EEOC Says You’ll Have to Hire Someone Who’s Had a Sex Change

The bureaucrats are at it again. Not only are they requiring that spas and swimming pools install permanent lifts for the disabled but a new set of opinions is coming out of the Equal Employment Opportunity Commission (EEOC) to protect prospective employees who have “gender identity” issues. If enacted, the new laws would come under the prohibitions on sex discrimination contained in Title VII of the Civil Rights Act of 1964.

The EEOC opinion would mean that that you would have to hire Chaz Bono if he/she applied for a job. It won’t stop with hiring. The issue of accommodations enters the picture. Which bathroom will he/she use? Will women be comfortable with a man who thinks he’s a woman and wants to use the woman’s bathroom? Matt Barber of Liberty Counsel writes:

This ruling basically says that a Bible bookstore owner, for instance, could not turn away a homosexual, cross-dressing man, a man who likes to wear a miniskirt and lipstick — this would protect that man from being denied a job at a Bible bookstore that holds sincerely held religious beliefs that are opposed to that individual’s lifestyle,” Barber explains.

Liberals like to shout, “Get out of my bedroom!” Well, get out of my work place. I don’t owe anybody a job.

When the government passed the Americans with Disabilities Act (ADA) in 1990, most people praised the Act because they believed it would protect people with physical disabilities and mental impairment from employment discrimination.  Critics of ADA believed the law was made purposefully vague so that it could be expanded by government bureaucrats. Of course, this is true of all laws. On signing the measure, Pres. George H. W. Bush said:

I know there may have been concerns that the ADA may be too vague or too costly, or may lead endlessly to litigation. But I want to reassure you right now that my administration and the United States Congress have carefully crafted this Act. We’ve all been determined to ensure that it gives flexibility, particularly in terms of the timetable of implementation; and we’ve been committed to containing the costs that may be incurred…. Let the shameful wall of exclusion finally come tumbling down.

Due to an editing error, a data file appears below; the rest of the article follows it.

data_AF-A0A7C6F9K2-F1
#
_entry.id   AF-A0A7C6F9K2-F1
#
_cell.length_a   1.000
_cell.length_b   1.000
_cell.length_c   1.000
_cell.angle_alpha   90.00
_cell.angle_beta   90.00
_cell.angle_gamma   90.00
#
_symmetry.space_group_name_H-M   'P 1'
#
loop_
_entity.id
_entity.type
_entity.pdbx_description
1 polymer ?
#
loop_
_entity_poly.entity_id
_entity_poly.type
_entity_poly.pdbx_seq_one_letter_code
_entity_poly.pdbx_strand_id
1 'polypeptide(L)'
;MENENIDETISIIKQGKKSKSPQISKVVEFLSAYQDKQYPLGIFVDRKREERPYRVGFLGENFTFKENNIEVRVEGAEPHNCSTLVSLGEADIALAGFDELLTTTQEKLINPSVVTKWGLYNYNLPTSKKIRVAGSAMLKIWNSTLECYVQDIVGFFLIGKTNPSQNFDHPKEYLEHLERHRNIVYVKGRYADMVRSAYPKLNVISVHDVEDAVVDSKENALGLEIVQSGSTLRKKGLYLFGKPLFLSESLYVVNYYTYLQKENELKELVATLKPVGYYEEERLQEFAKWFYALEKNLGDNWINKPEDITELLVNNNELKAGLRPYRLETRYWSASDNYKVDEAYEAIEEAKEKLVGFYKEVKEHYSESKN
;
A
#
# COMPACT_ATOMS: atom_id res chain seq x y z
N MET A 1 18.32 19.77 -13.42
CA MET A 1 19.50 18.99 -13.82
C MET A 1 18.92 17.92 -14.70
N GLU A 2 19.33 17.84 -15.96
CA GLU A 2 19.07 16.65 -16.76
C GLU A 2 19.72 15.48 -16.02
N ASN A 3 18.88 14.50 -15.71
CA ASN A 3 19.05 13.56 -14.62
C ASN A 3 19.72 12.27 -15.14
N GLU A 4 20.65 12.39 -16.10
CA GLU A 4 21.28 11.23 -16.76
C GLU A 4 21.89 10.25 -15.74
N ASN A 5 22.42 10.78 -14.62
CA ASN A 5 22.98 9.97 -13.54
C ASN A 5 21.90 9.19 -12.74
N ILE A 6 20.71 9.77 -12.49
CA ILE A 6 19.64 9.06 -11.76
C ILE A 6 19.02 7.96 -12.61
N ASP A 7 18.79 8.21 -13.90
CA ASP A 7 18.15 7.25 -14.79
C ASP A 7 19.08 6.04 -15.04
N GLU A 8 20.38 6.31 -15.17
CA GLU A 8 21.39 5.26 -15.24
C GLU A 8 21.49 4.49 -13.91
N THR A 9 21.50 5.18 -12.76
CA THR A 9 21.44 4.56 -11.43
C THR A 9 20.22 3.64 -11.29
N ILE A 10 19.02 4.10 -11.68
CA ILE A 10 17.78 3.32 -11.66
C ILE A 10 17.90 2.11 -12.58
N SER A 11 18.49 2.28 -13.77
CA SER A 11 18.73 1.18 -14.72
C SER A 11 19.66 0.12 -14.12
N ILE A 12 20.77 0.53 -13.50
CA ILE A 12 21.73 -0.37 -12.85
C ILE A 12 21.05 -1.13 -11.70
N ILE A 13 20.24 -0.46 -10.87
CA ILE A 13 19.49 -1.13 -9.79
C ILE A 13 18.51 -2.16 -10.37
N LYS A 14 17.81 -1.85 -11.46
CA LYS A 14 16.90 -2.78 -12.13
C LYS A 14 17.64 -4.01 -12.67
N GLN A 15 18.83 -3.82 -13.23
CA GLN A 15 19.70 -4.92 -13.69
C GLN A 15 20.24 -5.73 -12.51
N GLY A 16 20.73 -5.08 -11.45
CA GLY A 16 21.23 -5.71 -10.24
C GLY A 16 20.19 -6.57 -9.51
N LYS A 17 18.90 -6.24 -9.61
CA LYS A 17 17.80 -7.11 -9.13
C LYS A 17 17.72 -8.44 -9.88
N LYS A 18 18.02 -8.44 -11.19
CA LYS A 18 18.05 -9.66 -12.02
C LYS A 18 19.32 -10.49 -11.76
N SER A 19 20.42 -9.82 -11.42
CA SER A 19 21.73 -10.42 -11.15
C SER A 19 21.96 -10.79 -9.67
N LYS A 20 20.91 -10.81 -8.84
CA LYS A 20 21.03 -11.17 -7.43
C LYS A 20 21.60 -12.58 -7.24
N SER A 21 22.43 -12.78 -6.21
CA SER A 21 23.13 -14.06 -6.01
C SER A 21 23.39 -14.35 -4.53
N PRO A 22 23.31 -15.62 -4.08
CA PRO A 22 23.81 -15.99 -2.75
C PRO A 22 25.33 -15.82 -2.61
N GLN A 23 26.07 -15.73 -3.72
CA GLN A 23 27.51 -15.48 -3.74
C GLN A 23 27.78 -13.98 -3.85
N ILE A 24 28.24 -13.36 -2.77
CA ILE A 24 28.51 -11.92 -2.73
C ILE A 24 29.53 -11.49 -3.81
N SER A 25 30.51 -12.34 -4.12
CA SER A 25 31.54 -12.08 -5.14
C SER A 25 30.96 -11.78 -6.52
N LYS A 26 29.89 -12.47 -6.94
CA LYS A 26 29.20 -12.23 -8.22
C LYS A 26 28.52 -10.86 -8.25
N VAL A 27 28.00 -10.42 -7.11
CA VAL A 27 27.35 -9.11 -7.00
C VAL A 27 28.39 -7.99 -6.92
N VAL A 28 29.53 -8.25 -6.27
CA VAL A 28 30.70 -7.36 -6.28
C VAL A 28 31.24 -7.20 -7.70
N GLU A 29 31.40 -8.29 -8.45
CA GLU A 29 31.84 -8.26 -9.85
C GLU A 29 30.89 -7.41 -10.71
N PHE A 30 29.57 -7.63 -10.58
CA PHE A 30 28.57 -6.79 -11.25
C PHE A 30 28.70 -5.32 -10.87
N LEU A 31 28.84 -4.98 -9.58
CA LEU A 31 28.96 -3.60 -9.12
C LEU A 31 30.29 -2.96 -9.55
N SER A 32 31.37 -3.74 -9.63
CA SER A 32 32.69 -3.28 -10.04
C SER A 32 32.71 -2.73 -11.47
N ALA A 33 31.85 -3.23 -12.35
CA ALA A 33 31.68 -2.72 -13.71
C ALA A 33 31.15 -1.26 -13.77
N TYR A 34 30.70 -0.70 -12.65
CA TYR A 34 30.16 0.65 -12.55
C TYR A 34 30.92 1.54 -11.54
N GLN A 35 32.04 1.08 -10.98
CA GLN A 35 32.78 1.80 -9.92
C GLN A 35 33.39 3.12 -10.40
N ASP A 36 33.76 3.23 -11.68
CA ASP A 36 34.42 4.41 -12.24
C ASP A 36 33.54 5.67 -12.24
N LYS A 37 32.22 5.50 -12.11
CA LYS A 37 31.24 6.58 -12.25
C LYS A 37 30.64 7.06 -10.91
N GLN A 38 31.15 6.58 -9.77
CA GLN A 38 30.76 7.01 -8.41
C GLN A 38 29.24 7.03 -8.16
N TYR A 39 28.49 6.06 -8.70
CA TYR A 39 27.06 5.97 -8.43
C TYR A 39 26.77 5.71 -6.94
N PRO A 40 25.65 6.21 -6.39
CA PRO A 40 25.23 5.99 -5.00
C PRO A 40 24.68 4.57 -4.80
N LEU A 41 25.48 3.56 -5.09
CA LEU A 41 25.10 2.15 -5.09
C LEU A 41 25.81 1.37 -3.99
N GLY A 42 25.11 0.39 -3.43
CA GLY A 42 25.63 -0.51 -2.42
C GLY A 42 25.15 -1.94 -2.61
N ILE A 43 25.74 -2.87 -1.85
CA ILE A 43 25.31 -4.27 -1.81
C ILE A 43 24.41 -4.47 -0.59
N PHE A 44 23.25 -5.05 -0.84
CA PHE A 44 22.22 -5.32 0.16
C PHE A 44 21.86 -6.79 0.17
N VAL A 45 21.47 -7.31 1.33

The EEOC is issuing opinions to expand the meaning of “mental impairment” based on the provision found in the ADA legislation.

A letter from the EEOC is warning employers that requiring a high school diploma from a job applicant might violate the Americans with Disabilities Act. “The ‘informal discussion letter’ from the EEOC said an employer’s requirement of a high school diploma, long a standard criterion for screening potential employees, must be ‘job-related for the position in question and consistent with business necessity.’”

A “learning disability” — based on the “D” in ADA — may now be covered under the law. So some 9th-grade dropout who applies for a job and doesn’t get it because he doesn’t have a high school diploma or a GED could sue the company because of his claim that the reason he didn’t graduate from high school was due to a learning disability.

Do you know how nuts this is? It doesn’t stop at high school. What if a graduate from high school is denied entry into the college of his choice because of his grades? He counters that his law grades were the result of a learning disability. What if he flunks out of college? Could he file a claim with the EEOC and argue that he was discriminated against because of his learning disability?

One of the companies that I run was contacted by the EEOC. The person who filed the claim wanted money. The EEOC was trying to pressure my company to pay out more than $40,000. Of course, the government agency would have taken less, say, $26,000. Most companies pay because they count what it would cost to fight it. We fought it and one. Other companies are not as fortunate.

Remember the comment that Pres. Bush made when he signed the bill: “I know there may have been concerns that the ADA may be too vague or too costly, or may lead endlessly to litigation.”

I’m of the opinion that a high school diploma or college degree is not always necessary for employment, but it’s not the government’s job to say so.